Give us a call
Email us

Back To Basics – Collateral Warranties

14 May 2024

What is a collateral warranty?

In relation to construction projects, a collateral warranty is a contract between a party involved in the works and a third party beneficiary who has an interest in the works but is not party to the building contract/appointments. The collateral warranty provides that the party who has carried out works and/or services has complied with its obligations under the underlying contract.

Who should require a collateral warranty?

Generally, it will be funders, purchasers and/or tenants who should require collateral warranties.

Why are collateral warranties needed?

Defective design or workmanship may cause third parties who have an interest in a project to suffer a loss. Without a collateral warranty the third party would not have a contract with the party responsible for the defect.

What are the essential requirements of a collateral warranty from a beneficiary’s perspective?

A beneficiary should ensure that there are obligations for the warrantor:

  • to comply with its underlying appointment
  • to carry out and complete the works properly in respect of any workmanship
  • to exercise reasonable skill care and diligence in relation to any design
  • not use or specify deleterious (harmful) materials in the project (this is usually subject to the exercise of reasonable skill care and diligence).
  • to provide a copyright licence for the beneficiary to copy and use the design prepared by the warrantor for purposes relating to the project. The licence should be irrevocable, transferrable and there should be the right to grant sub-licences. The licence should be given without condition (so not subject to the payment of fees).
  • to carry and maintain professional indemnity insurance at the level required in the underling contact for the liability period (for commercial projects 12 years is the standard.)

The collateral warranty should have the following provisions:

  • that the warrantor’s duties or liabilities under the collateral warranty will not be negated or limited because of any approval, inspection or testing or omission to do the same.
  • step-in rights (purchaser and funders only). As an example, step in rights would enable a funder to step into the construction documents in order to complete the project in the event that its borrower becomes insolvent.
  • An assignment clause that allows for at least two assignments with assignments to group companies or to funders by way of security excluded as counting towards the number of assignments.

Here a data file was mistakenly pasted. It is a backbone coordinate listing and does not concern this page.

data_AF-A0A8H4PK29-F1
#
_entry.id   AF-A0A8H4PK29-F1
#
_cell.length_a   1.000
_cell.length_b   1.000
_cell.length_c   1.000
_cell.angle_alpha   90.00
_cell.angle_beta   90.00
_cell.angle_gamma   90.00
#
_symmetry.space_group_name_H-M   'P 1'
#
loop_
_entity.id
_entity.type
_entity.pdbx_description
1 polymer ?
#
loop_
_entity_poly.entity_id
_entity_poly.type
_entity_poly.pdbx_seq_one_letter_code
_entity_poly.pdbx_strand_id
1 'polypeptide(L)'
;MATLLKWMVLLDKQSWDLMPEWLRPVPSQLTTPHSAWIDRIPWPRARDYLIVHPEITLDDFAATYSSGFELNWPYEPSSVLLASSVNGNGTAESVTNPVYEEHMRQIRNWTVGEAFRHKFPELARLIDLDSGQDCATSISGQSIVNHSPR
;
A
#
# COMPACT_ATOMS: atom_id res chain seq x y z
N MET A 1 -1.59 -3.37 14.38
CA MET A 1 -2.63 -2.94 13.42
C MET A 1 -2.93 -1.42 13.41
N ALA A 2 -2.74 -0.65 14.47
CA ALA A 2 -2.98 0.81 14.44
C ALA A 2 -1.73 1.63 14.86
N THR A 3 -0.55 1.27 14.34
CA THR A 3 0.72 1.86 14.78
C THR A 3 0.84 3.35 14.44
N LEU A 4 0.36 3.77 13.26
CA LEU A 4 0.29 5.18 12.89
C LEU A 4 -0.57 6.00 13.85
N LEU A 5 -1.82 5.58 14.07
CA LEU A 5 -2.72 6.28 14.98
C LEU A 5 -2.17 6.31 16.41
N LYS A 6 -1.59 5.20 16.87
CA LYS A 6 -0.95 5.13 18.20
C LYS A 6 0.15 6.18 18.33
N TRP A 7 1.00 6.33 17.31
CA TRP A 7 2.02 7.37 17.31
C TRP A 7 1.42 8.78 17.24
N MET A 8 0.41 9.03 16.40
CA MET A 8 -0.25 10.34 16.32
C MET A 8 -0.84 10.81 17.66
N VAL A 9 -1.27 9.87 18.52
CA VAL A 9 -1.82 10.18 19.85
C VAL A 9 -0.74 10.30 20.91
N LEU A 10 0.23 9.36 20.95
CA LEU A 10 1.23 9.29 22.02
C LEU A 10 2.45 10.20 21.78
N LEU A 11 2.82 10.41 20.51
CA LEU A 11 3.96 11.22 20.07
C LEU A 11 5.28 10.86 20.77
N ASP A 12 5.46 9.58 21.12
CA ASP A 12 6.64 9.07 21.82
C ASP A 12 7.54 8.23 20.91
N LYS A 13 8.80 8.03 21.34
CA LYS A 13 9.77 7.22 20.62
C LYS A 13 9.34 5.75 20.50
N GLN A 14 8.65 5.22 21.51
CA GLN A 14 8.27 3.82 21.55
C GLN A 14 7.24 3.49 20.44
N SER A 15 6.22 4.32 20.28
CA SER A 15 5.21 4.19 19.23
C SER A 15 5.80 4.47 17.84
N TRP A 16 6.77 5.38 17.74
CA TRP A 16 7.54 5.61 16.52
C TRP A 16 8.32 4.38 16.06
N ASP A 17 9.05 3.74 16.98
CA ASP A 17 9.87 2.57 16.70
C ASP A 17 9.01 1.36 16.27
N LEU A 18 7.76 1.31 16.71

Clauses standardly required by the warrantor

  • A limit on the number of assignments (see preceding bullet point)
  • A no greater obligations provision that the warrantor will not owe the beneficiary any obligations that are greater under the collateral warranty than owed under the underling contract.
  • Provision that the warrantor may raise equivalent rights of defence as it would have had if the beneficiary had been named as a joint employer under the underlying appointment (but not taking into account any set-off or counterclaim against the actual employer under the underlying appointment).
  • Provision that the warrantor may rely on any defence, limitation on liability or other term in the underling contract.
  • A cap on liability. The beneficiary should ensure that any cap is in line with the agreed level of the warrantor’s professional insurance.


It is important to note that the above provisions of a collateral warranty are of a commercial standard and are typically included in most templates. Nevertheless, the terms will be dependent upon who the beneficiary is and more bespoke clauses may be required depending on the works to be undertaken and the needs of the beneficiary.

Notwithstanding this, it is imperative that there is uniformity in a collateral warranty’s clauses across the whole key design team so there are no discrepancies between the obligations owed by each consultant.

Jane Janney

Senior Associate